While I was highly impressed with the cleaning job, I could not get used to the initial cold water shock. I had to brace for it every time, no matter how often I used the bidet. In addition to the initial surprise, the cold water left my bottom feeling chilled. It reminded me of that feeling you get when you leave your wet bathing suit on too long, then changing clothes and still have that lingering cool feeling down there. I always feel cold anyway, but I think a warm water option should come standard on all bidets.
Frequently Asked Questions
Does the Omigo Element fit on all toilets?
The Omigo Element fits on most standard toilets. If your toilet is connected to the water source with a rigid hose, you may need to purchase a flexible plumbing hose to complete the setup process.
Do I need to hire a plumber to install the bidet attachment?
The installation process is quick and easy, and the instructions are extremely clear, so you shouldn’t need any professional plumbing help. If you can’t figure out the installation yourself, Omigo has an installation video on their website along with a comprehensive help center and troubleshooting tips to help address the most common issues.
How do I clean the bidet?
The nozzles on the Omigo Element are retracted and covered, so they’re protected from contamination. It has a self-cleaning system that utilizes a high-pressure stream of water to clean the nozzles before and after each use. To give the bidet attachment a deep cleaning, wipe it with a mild household cleaner, like dish soap, Windex, Method, and a damp cloth.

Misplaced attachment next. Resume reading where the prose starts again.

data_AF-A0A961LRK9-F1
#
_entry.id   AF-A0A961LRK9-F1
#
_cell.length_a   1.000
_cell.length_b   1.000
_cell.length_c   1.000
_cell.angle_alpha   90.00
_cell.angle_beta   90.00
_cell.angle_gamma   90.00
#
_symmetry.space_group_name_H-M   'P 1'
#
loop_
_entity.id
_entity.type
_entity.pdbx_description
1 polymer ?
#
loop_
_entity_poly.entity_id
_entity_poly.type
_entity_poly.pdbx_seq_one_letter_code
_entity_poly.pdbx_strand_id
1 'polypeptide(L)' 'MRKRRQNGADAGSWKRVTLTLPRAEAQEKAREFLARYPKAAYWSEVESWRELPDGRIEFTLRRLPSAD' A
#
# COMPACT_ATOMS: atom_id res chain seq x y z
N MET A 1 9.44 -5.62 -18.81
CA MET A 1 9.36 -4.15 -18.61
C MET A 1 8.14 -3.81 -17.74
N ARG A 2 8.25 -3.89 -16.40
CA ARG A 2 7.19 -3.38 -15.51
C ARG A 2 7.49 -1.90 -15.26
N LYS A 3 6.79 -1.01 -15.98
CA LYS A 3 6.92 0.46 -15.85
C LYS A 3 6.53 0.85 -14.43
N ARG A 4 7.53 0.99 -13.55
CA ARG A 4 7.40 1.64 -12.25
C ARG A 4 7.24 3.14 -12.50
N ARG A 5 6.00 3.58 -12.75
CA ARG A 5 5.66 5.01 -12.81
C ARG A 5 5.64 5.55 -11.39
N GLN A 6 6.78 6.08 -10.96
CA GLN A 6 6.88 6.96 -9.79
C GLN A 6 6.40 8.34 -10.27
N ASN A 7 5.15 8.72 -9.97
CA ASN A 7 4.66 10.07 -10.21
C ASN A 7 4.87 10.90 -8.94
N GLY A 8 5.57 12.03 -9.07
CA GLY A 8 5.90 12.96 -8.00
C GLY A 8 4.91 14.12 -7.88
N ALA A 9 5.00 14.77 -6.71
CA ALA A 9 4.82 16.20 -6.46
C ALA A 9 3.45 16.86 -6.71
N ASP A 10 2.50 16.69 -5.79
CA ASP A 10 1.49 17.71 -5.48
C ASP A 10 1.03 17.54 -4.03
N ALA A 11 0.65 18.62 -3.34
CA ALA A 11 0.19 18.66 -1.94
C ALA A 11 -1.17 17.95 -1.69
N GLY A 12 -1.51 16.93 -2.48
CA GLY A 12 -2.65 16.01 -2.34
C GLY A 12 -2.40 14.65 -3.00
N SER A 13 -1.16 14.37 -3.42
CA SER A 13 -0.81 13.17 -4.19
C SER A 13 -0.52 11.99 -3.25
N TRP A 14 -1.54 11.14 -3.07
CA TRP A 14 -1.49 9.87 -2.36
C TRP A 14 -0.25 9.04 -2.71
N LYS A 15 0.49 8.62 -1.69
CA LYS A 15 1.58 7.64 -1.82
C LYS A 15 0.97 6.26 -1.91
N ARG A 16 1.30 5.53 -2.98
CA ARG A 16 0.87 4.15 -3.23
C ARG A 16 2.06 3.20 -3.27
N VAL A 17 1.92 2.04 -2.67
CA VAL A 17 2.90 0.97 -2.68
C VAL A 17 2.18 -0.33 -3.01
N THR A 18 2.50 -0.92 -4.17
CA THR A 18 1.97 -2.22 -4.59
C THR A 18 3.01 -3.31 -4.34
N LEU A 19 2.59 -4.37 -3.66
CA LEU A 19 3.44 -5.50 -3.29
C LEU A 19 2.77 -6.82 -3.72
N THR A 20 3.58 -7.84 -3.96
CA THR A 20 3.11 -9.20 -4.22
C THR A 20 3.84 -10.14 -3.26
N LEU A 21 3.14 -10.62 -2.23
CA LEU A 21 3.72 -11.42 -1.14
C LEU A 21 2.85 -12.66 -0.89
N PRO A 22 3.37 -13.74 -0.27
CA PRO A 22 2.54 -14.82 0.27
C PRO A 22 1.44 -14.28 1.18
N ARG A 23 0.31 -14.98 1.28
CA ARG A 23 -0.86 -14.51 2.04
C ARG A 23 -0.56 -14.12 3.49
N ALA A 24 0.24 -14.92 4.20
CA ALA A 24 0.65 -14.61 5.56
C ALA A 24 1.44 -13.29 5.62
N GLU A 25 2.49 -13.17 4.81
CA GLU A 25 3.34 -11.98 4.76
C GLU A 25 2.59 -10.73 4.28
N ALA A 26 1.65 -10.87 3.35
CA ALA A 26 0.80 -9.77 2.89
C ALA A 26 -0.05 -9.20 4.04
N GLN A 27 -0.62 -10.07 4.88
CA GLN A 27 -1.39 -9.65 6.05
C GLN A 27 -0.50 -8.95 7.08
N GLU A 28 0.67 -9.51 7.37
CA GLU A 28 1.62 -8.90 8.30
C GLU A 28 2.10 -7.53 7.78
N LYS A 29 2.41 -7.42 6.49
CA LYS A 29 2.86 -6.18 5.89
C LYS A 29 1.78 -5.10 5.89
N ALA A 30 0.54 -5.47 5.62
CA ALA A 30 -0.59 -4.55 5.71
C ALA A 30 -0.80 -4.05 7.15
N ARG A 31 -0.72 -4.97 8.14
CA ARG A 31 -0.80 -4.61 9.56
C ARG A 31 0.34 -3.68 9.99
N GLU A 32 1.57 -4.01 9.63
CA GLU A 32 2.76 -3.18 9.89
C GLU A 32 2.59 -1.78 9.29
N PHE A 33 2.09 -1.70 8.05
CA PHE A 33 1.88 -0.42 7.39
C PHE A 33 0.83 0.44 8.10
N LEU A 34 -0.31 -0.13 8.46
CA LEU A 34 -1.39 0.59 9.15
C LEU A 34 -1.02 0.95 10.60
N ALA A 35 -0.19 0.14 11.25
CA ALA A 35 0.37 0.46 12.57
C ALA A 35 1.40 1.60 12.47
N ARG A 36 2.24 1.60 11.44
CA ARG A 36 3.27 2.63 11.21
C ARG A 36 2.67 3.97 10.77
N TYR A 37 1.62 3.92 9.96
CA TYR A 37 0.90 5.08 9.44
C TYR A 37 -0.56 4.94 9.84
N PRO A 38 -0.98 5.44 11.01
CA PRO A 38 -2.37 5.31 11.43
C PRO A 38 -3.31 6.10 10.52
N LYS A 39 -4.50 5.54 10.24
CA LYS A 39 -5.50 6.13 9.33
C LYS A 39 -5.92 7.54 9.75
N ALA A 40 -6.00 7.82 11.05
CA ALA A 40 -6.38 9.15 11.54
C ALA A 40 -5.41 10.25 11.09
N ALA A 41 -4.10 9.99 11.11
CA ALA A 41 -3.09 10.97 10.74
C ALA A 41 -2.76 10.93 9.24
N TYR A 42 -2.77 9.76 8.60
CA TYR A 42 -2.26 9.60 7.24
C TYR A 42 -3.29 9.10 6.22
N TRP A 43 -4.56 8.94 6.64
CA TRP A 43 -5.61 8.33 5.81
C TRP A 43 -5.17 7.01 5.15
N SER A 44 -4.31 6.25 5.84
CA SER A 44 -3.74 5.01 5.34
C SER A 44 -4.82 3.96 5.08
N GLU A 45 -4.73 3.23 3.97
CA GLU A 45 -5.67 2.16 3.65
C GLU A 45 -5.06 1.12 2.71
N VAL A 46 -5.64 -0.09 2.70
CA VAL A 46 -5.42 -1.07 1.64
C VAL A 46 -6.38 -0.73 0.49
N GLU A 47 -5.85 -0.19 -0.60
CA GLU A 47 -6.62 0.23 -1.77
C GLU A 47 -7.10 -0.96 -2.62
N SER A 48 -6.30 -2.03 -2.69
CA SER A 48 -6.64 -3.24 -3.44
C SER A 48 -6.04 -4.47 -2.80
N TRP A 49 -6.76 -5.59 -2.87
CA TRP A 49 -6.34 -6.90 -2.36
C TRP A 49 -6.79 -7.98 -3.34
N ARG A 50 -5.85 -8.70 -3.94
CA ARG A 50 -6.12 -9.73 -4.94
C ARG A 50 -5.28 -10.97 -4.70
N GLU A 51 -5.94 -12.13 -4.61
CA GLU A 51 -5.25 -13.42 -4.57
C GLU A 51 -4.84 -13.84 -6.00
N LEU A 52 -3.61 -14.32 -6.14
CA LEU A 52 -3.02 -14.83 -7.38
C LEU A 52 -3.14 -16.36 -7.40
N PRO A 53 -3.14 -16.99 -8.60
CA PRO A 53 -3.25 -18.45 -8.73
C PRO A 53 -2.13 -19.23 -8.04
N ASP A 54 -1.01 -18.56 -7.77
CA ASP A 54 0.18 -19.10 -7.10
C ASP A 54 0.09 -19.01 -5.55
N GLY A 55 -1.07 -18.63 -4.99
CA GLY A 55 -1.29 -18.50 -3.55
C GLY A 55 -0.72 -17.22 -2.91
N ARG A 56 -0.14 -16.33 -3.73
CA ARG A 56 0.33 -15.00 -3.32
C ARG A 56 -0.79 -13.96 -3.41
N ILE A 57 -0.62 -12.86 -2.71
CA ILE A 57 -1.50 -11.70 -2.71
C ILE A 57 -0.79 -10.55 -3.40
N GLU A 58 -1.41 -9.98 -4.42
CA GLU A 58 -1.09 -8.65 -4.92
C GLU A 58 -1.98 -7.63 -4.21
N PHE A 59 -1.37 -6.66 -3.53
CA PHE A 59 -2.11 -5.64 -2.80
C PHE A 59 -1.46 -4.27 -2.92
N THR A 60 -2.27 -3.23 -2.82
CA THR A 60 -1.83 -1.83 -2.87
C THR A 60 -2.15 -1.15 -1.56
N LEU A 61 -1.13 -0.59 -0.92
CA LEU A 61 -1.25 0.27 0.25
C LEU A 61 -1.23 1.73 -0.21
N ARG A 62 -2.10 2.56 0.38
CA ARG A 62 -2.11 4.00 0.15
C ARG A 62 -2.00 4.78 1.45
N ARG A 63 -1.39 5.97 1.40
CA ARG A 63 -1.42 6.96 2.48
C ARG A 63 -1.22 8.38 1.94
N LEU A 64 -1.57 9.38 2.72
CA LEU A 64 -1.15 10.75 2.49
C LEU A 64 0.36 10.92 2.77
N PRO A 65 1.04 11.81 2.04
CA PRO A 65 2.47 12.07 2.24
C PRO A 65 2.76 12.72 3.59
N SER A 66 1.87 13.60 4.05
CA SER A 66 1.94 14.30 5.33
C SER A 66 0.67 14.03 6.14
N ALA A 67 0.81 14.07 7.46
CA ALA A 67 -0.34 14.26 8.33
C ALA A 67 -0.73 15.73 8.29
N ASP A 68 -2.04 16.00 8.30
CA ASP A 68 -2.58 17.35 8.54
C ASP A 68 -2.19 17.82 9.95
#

Does it come in a left-handed option?
The manufacturer currently only offers one option, with the knob controller positioned on the toilet's right side.
Does the Omigo Element need to be plugged into an electrical outlet?
The Omigo Element is mechanically-powered, using the bathroom's water pressure to operate itself. Omigo offers other electrical bidet toilet seats (equipped with a remote and all), but the Element and the Element+ don’t need to be plugged into an outlet. The Element+ offers a warm water option for $20 more.
Competition: Omigo Element vs. Tushy Spa Bidet
It’s not fair to compare the Omigo Element to the Tushy Spa Bidet since the Tushy Spa has the hot water element. But since I tested both, I’ll pit them against each other without giving the Tushy extra points for its water temperature (since you can get the warm water option with the Omigo Element+).
The most notable positive for the Omigo is how quickly the installation went. The Omigo took 10 minutes, compared to over an hour with the Tushy. The attachments on the hoses were a lot more user-friendly and easier to work with.
The Tushy gets points for spray nozzle positioning. The Tushy has one nozzle that you can toggle forward and backward to reach your desired spot. I always felt like it was hitting the right place without having to shift or wiggle, as I did for the Omigo, which always felt off-center.
As far as cleaning goes, you can’t go wrong with either pick. They both left everything squeaky clean and fresh. And since they’re available at identical price points, the choice ultimately comes down to which one you think looks better. The Tushy may have a slight edge since it comes in various colors that can bring some personality to your bathroom, rather than the standard white Omigo.
Splurge for the Omigo Element+.
The Omigo Element does a great job cleaning your nether regions, but the shock of the cold water is something I could not endure. For $20 more, get the Omigo Element+ for the second temperature option.
- Product Name Element Non-Electric Bidet Attachment
- Product Brand OMIGO
- Price $80.00
- Product Dimensions 13.46 x .25 x 5.55 in.
- Color White
- Arm Dimensions 2.12” W x 1.31" H x 6.79” D
- Material Durable ABS plastic
- Return Policy 90-day stress-free trial
- Warranty 1 year